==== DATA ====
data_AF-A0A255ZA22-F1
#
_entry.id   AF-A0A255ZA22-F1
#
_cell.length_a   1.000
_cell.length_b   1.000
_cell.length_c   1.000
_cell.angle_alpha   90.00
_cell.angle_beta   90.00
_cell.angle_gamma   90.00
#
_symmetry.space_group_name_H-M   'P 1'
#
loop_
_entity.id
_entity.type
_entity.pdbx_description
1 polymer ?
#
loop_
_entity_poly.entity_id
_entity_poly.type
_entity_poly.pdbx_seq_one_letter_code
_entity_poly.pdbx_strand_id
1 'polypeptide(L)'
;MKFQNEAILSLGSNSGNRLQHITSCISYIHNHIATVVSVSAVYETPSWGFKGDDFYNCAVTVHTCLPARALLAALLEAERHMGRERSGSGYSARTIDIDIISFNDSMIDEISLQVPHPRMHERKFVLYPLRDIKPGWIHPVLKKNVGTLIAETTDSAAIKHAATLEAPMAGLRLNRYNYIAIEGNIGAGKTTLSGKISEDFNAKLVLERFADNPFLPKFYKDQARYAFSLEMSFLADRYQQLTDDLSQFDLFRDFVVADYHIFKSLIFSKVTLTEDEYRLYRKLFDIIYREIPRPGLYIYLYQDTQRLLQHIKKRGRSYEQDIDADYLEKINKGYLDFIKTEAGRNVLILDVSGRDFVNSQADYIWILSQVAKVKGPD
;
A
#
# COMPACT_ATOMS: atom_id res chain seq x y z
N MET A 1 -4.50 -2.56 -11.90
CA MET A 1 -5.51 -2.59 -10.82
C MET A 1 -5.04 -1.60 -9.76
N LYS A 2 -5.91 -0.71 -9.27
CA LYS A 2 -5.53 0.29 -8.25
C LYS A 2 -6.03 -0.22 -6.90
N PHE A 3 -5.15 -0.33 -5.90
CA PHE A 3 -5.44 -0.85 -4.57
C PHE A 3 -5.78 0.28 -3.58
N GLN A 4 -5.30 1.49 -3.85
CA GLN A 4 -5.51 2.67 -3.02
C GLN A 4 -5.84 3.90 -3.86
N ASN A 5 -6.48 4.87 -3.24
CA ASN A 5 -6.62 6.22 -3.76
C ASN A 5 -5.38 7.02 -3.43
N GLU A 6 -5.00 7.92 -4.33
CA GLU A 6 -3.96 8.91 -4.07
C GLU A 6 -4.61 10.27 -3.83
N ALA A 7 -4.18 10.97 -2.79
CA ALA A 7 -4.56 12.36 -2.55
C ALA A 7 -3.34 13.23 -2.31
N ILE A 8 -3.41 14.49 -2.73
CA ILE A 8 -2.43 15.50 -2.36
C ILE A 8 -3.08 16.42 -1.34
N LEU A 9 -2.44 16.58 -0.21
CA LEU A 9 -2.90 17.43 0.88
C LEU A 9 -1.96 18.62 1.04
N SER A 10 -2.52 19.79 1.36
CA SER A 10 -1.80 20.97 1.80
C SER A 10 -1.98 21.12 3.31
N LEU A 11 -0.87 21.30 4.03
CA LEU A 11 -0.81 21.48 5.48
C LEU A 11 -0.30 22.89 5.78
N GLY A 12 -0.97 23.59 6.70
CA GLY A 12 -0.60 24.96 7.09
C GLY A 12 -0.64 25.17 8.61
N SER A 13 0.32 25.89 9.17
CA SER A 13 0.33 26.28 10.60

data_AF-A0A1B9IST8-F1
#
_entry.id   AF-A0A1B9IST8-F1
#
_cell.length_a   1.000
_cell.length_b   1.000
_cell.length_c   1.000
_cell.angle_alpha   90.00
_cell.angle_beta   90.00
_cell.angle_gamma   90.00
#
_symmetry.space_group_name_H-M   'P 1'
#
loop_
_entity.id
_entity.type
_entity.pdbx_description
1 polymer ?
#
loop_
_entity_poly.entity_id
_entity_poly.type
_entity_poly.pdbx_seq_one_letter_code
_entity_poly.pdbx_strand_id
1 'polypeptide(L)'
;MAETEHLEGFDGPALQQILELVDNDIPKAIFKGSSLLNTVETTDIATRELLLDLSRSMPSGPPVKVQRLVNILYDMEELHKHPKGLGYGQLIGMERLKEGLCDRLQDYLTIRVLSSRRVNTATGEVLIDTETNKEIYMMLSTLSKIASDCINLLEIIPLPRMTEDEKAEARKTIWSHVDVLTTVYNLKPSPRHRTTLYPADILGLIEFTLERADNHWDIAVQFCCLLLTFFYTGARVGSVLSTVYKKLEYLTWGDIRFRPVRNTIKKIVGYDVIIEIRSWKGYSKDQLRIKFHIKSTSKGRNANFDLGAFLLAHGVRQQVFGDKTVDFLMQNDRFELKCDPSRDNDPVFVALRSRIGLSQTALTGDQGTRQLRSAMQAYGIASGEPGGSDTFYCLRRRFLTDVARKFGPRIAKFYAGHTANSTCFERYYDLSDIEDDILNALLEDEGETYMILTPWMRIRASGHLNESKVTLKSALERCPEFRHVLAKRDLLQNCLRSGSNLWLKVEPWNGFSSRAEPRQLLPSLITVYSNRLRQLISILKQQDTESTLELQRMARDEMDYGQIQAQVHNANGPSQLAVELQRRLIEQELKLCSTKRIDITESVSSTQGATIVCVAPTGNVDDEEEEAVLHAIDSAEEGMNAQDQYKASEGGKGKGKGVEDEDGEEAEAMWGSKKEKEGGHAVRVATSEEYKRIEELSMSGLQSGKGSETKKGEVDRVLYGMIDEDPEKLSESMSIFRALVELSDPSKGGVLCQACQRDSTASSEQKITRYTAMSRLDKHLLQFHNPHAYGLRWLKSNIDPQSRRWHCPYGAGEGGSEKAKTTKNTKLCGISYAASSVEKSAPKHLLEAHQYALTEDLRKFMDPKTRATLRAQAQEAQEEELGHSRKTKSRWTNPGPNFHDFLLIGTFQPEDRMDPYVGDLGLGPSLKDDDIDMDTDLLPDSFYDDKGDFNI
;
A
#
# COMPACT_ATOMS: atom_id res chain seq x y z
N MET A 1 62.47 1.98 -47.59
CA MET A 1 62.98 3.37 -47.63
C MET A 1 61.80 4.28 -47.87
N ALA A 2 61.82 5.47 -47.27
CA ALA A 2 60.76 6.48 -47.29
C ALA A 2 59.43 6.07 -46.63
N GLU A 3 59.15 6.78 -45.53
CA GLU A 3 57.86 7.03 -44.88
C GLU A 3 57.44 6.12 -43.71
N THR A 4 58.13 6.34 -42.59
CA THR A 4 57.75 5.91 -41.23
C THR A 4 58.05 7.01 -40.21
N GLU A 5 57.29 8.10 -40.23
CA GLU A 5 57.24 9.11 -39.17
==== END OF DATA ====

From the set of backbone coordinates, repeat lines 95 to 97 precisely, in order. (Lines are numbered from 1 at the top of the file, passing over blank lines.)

;
A
#